Medium-sized Forster’s Terns are mostly silvery-white with a black eye patch, a dark bill and orange feet. During breeding season, they will develop a black cap and the bill will turn orange.

Merritt Island NWR

 

Throughout the refuge, clouds of pink can be seen as Roseate Spoonbills are somewhat common here. It’s fascinating to watch these large waders sweep their rounded bills through the shallows as they filter small shrimp and fish.

Merritt Island NWR

 

Wintering American Avocets line up and march across a shallow mud flat herding small minnows and then slashing with their long curved bills as they gorge on the briny buffet.

Merritt Island NWR

 

A drab-looking Black-bellied Plover almost disappears in the mottled salt marsh habitat. Soon, the males will become a striking figure in bright white and black breeding attire.

Merritt Island NWR

 

Afternoon alligator.

Merritt Island NWR

 

A Snowy Egret wonders how the Roseate Spoonbill can catch anything by swishing back and forth with that funny-looking beak. He thinks stabbing with a nice pointy bill is definitely more effective.

Merritt Island NWR

 

At Parrish Park, just outside the refuge, an immature Herring Gull prepared to hunker down for the night. An adult flew above the boat ramps toward a roost of her own.

Merritt Island NWR

Herring Gull – Immature

Merritt Island NWR

Herring Gull – Adult

 

Another dock about to become a hostel for the night. These Ruddy Turnstones began to huddle up as daylight faded.

Merritt Island NWR

 

 

Our drive home was a mirror-image of our trip’s beginning. Orange and purple sky rapidly turned black. Touching hands. We agreed it had been a glorious day. The western sky began to brighten as we neared the light pollution of Orlando. Our timing wasn’t too awful as a mix of folks going home from work and Disney World visitors had thinned a bit so we could reach almost 20 miles-per-hour for a few miles.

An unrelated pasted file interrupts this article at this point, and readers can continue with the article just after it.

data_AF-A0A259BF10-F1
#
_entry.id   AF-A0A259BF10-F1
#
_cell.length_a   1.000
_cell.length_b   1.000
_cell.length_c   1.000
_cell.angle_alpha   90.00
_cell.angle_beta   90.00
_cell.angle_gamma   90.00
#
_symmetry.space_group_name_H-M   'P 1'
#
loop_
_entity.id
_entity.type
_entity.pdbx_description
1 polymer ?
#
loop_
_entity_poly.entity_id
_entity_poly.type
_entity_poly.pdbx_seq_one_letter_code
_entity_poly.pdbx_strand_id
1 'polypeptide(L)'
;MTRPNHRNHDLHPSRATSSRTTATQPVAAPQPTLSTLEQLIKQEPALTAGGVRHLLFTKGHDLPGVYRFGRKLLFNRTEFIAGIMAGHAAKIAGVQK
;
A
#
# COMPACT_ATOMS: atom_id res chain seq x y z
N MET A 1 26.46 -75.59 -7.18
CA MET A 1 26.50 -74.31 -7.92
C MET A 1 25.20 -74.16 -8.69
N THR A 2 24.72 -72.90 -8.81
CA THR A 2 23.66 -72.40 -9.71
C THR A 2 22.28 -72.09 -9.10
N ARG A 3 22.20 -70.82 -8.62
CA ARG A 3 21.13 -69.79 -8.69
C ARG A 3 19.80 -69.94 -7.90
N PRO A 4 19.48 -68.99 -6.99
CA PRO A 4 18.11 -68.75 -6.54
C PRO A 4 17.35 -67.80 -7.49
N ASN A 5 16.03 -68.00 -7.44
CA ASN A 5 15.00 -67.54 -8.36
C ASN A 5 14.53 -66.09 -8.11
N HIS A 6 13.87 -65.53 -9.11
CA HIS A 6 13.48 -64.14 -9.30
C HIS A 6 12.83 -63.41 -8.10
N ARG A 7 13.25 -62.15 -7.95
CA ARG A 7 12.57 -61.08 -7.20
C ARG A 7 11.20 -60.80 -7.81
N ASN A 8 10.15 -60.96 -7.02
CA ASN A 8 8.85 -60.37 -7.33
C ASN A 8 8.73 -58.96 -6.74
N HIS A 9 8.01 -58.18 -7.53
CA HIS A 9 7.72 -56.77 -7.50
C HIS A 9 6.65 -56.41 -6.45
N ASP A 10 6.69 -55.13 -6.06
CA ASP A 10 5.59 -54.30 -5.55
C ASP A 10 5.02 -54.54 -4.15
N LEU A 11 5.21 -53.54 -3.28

Home. Planning our return visit.

Enjoy your search for a natural place and come back for a visit!

 

Additional Information

Merritt Island National Wildlife Refuge

Parrish Park – Titusville

Categories: Birds, Florida, Photography, Travel | Tags: , , , , , , , , , , , , , | 12 Comments

The Kingbird Roost

“Feel like going for a ride?”

“I’ll get my shoes on. Where to?”

“Let’s check out the kingbird roost.”

Notice, Gini gets her shoes first. She has always been that way. Positive, optimistic, action-oriented. Worry about little details, like a destination, later.

Several years ago (10 according to records I could find), a group of Western Kingbirds along with a couple of Scissor-tailed Flycatchers were noted roosting in a citrus grove not too far from here. They begin arriving around early December and stay until March. Like clockwork, they appear on utility lines bordering the grove 30-40 minutes before sunset. They chatter, hawk a few insects and one-by-one dive into the dense trees as dark settles in.

These two species are not commonly seen in central Florida, even during migration, so it’s a treat for those who may not have an opportunity to travel west of the Mississippi River where they are more prevalent. Two years ago, the group included an even more uncommon member, a Fork-tailed Flycatcher, a rare neo-tropical bird likely from South America.